Fall and winter in Edmonton is not only beautiful, it’s also a great time to shop local and handmade goods. Edmonton is home to so many amazing artists, artisans, creators, and crafters, and each year there are some great markets that showcase this talent. I have my favorite markets below, but also some tips on how to make your market shopping experience the best it can be.

 

Buy Your Tickets In Advance

Whenever possible, buy your tickets online in advance. Sometimes you will get a discount for early-bird pricing, but the best part is you will skip the long lineup to get inside the market. Many places only take cash for tickets, so this is also a good way to avoid the ATM fees.

 

Dress Lightly

Even though it is starting to get cold out, when you get inside the market it will likely be quite warm. You won’t want to be bundled up in sweaters and long-johns underneath your fall or winter jacket while you’re in there, so dress lightly to avoid getting uncomfortably hot. Even better, wear a light jacket and forget about your puffy winter coat. Some markets don’t always have a coat check, and it’s quite a hassle to pack a big jacket around.

 

Bring a Tote

Bring a reusable bag to store your purchases in – it’s always better than having to handle several smaller bags all at once, and you will save waste from all the extra bags and packaging.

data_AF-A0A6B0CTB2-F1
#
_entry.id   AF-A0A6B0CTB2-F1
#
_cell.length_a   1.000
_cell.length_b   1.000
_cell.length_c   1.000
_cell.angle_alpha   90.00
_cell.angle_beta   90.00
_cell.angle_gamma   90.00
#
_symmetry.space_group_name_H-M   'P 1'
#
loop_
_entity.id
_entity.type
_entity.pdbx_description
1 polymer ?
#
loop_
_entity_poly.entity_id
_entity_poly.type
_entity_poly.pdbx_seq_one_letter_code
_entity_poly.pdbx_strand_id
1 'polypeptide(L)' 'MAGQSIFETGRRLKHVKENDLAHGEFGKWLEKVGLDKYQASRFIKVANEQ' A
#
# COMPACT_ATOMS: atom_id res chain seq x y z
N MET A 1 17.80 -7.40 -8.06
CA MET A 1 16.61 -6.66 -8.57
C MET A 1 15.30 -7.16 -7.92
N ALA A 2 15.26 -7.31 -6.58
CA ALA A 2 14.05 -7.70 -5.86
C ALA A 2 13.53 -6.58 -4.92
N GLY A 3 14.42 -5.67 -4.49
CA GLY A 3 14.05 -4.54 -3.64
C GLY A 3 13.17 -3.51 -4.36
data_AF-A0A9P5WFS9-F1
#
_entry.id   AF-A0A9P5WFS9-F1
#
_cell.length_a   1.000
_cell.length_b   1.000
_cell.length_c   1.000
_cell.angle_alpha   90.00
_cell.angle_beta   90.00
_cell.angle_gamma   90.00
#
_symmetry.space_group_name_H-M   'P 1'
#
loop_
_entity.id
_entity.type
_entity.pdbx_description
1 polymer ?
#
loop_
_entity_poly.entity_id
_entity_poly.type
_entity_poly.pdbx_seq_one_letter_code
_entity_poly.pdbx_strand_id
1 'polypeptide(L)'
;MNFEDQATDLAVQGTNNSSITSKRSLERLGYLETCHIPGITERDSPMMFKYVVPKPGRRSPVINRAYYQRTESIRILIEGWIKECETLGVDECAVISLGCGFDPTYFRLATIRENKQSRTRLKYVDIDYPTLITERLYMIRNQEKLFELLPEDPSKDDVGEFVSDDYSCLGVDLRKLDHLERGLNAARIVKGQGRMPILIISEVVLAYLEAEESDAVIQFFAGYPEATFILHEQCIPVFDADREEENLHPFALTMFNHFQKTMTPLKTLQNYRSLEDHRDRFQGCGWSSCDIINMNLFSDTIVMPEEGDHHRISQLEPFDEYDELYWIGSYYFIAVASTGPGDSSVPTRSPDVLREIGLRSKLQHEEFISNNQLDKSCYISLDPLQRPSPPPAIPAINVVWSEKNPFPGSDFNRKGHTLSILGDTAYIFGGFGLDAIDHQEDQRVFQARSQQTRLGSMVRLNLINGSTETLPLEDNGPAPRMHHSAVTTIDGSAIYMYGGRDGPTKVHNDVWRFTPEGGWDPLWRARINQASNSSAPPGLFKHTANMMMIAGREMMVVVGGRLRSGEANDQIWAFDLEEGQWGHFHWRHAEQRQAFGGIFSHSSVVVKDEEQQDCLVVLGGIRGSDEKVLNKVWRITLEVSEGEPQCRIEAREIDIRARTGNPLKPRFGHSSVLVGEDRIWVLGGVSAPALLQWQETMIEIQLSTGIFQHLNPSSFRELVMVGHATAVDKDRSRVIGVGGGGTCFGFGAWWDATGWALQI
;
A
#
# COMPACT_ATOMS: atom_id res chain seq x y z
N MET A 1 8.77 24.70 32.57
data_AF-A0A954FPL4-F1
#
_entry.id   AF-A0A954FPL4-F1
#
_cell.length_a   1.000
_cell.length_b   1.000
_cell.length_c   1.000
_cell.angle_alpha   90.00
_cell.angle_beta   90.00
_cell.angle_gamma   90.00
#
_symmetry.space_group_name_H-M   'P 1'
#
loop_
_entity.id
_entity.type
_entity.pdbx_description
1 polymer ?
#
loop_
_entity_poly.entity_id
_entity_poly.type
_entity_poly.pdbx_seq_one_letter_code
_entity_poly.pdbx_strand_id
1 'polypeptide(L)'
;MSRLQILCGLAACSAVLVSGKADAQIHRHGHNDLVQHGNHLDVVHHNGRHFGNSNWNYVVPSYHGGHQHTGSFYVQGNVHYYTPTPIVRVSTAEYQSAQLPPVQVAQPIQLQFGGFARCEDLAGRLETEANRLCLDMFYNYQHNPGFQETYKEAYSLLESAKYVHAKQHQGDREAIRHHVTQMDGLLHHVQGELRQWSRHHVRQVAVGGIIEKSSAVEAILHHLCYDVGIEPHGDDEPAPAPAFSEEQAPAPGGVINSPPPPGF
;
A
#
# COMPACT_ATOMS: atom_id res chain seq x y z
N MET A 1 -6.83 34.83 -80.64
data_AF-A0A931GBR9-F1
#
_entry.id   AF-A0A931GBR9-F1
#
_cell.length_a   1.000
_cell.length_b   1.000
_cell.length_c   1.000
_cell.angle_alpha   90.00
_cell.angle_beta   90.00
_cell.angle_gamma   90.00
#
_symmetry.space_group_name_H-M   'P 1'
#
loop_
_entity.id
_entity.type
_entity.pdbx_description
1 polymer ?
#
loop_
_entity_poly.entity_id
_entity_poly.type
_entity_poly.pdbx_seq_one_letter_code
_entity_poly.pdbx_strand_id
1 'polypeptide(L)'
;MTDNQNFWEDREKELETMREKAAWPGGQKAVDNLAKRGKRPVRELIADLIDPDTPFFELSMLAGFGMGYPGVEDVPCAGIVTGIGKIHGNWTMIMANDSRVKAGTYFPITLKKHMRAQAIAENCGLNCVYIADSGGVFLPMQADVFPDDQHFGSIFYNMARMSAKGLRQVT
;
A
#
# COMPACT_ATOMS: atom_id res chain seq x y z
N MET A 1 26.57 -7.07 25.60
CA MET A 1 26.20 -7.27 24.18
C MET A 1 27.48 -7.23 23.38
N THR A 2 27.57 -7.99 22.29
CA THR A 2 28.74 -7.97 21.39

Research the Vendors

Follow these markets on Facebook and Instagram so you know what amazing things you will be seeing at the market. And when you get to the market, don’t be afraid to ask the vendor about their process, and what went into the product. They love to create, and obviously love to share that creativity with those around them.

 

 

Now that you’re prepared to go out and shop, here are my five favorite markets coming up this season!

 

 

Indie Handmade

November 16-19

 

 

 

 

Curated.

November 18-19

 

 

 

 

 

 

 

 

 

Royal Bison

Two weekends! November 24-26 and December 1-3

 

 

 

 

 

 

 

 

 

Make It! The Handmade Revolution

November 24-26

 

 

 

Butterdome Craft Sale

November 30 – December 3

 

Do you know of any other fall or winter markets happening this season? Let me know in the comments!

Edmonton’s Top 10 Neighborhoods & How They Got Their Names

Each year, Avenue Magazine publishes a list of the “best” neighborhoods in Edmonton, as voted by their readers. As you probably know, the list is fairly similar each year, but do you know how each neighborhood got it’s name? We have the list of the top ten neighborhoods in 2017 below, but with an added bonus of how each community got it’s name.

1. Glenora